Kugluktuk, A True (North) Sport Leader

When Russ Sheppard arrived in the northern community of Kugluktuk, Nunavut, he was somewhat unprepared for the many challenges he would face as a teacher at Kugluktuk High School. An alarmingly low attendance rate, drug and alcohol abuse, and youth violence were only some of the issues his students and the community were grappling with.

Today, KHS is a different place. Groups of children carry their lacrosse sticks wherever they go in hopes of a casual pick-up game and inside the ‘Grizzly Den’,  kids are enjoying the warmth and safety of a place all their own - a flourishing student-run arcade. School attendance has drastically improved, which, in turn, has led to a significantly higher graduation rate. Youth violence has noticeably decreased, and the incidence of teen depression seems to be in check while the suicide rate has plummeted. So what accounts for all these positive changes? A program aptly titled the Kugluktuk High School Athletics Association, or KHSAA.

With the support and encouragement of other teachers and coaches, Sheppard developed a simple correlation between sports activities and academics: to be allowed to play on the school’s new lacrosse team you have to put in a visible effort in school. This simple concept turned out to be a brilliant idea. The students clamoured to sign up for the opportunity to try a new sport and were happy to maintain their attendance level to do so. The rest is history, and the numbers speak for themselves. Some KHS graduates have even gone on to pursue post-secondary education – a path that was much less accessible only a few years ago. The higher attendance rates have led to a greater enthusiasm for higher learning.

A program that started with only 18 students now extends to more than half of the school’s population. KHSAA has been successful both on and off the field in part because it has been guided principally by the needs of the students. “The kids need to feel it is their own program,” explains Sheppard, “and good leaders know how to do this. For an endeavour like this, you really need the passion. This isn’t just a job for us.”

Of course, funding for athletics programs is always limited, but Sheppard and his colleagues hit the jackpot when they conceived the idea for the Grizzly Den arcade. Not only are the student employees getting paid a fair and empowering wage, but the profits go directly to the KHSAA. New sports equipment and even out of town tournaments are often subsidized by these funds. “The business turned a profit very quickly,” says Sheppard. In fact, the funds are sometimes distributed to other burgeoning school programs such as the music or art programs.

The students continued to come up with creative fundraising ideas, and the community has rallied around them. Business sponsors from the area have been very helpful. It seems the positive changes in the youth population of Kugluktuk have impacted the entire community. “The community followed the lead of their youth,” Sheppard asserts. As the program’s success became evident, community support naturally followed.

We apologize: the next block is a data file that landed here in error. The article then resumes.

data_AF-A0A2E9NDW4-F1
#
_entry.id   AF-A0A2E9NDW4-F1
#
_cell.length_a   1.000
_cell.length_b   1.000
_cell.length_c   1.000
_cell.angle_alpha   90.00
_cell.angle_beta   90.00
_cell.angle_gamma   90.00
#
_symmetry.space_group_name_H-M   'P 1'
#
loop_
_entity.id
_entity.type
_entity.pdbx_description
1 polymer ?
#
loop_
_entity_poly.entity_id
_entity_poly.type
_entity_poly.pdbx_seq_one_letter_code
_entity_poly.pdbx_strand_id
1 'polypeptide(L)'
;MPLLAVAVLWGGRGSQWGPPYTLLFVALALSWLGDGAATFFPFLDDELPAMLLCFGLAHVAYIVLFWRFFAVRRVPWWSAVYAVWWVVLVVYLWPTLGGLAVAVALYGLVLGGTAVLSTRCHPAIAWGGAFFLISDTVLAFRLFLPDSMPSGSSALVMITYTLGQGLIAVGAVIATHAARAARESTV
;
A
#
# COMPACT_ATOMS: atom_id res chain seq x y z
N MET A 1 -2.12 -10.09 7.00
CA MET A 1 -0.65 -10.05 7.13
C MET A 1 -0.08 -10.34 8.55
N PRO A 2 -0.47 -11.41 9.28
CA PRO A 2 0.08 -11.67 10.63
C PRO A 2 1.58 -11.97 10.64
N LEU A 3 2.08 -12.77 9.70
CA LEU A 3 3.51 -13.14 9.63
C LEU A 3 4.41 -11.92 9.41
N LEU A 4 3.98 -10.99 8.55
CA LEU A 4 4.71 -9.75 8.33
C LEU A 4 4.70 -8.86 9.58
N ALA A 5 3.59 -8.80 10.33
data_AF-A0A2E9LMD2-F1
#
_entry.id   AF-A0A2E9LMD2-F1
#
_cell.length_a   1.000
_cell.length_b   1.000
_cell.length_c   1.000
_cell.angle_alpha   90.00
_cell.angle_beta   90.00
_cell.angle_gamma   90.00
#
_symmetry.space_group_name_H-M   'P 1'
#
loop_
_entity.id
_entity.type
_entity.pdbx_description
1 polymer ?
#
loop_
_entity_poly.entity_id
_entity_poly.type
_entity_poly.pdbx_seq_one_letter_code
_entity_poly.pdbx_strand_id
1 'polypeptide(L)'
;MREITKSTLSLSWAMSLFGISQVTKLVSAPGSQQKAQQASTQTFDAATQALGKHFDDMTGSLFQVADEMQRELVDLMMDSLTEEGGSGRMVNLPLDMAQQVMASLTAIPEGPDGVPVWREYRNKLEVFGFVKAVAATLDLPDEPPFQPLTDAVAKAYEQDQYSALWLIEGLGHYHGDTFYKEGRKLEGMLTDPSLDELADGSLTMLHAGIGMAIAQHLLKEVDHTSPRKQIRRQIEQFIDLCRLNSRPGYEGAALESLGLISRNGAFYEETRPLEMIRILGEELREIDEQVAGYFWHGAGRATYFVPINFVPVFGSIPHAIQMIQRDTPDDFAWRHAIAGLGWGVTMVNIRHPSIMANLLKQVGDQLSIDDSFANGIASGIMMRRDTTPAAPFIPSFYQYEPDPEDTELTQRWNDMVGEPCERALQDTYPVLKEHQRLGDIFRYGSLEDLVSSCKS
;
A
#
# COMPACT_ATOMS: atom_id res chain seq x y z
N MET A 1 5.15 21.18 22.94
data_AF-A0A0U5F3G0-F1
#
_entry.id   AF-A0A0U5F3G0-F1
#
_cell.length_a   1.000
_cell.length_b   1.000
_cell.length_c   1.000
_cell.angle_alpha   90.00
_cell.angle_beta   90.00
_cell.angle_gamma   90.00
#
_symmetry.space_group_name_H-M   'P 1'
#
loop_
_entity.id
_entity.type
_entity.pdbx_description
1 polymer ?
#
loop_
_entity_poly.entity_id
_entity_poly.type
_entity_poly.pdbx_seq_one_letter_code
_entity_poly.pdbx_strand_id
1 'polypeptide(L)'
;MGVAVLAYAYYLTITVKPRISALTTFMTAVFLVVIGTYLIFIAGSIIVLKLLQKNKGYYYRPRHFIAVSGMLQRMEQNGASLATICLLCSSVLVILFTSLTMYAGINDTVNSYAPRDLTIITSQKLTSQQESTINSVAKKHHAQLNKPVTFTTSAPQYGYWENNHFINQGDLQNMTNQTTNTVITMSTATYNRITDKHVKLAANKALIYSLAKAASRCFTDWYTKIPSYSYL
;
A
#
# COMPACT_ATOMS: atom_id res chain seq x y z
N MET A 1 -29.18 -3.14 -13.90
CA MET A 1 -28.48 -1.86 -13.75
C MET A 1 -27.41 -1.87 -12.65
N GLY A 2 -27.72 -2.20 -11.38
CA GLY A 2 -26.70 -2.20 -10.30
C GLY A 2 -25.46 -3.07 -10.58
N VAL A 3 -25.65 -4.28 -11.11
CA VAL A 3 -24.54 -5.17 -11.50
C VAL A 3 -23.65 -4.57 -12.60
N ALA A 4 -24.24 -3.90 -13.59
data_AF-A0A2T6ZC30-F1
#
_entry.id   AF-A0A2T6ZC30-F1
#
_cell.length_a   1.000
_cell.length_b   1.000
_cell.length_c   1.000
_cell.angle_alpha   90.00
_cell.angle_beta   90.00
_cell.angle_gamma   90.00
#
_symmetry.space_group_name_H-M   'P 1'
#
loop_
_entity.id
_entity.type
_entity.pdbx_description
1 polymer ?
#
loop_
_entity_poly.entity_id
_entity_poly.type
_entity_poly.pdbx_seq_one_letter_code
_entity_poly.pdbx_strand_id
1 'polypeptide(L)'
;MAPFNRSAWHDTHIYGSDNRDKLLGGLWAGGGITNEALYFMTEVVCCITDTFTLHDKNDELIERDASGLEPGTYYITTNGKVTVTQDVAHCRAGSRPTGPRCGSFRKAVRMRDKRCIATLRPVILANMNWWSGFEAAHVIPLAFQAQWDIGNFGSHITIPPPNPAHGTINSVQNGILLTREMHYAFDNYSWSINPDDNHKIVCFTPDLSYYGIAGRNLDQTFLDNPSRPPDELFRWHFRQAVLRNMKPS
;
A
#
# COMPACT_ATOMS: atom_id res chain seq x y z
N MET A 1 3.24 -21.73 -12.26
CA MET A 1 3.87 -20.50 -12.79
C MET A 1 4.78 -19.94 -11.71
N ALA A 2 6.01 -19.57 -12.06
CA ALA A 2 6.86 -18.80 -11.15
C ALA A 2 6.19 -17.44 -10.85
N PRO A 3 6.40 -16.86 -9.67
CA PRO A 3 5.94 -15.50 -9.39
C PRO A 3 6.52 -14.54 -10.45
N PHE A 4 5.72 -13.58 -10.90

Having played sports as a child, Russ Sheppard was no stranger to the athletic world and understood its importance in the growth and development of youth. “Sports give you the sense of a team. We wanted to give the Kugluktuk youth this experience and improve the overall quality of their lives.” The KHSAA has provided the students with unique opportunities such as travelling to other cities, competing in events such as the Arctic Winter Games and gaining exposure to, and knowledge of, other cultures – knowledge they bring back home to share with the rest of the community.

The program has continued to evolve to address the needs of the students and the community. To address the ever present issue of teacher and coach turnover – a challenge for most northern communities – KHSAA has developed a coach mentorship program to help experienced Grizzly athletes develop into coaches. This initiative is helping to build capacity within the community and to ensure that the program can prosper for years to come.

The KHSAA program has also reached out within the community through the creation of the Cubs Program at the elementary school. This satellite program promotes staying in school and healthy lifestyles to the younger children in the community and provides opportunities for the KHSAA Grizzlies to demonstrate their new found leadership skills. With their role models at the helm, the grade 4-6 students are excited to join Team Grizzly.

The Grizzlies have further partnered with other northern communities such as Diavik and Wha Ti to share their learnings and to help them develop their own program. There is no doubt that True Sport lives in Kugluktuk and the community is doing its best to “grow” True Sport across Nunavut.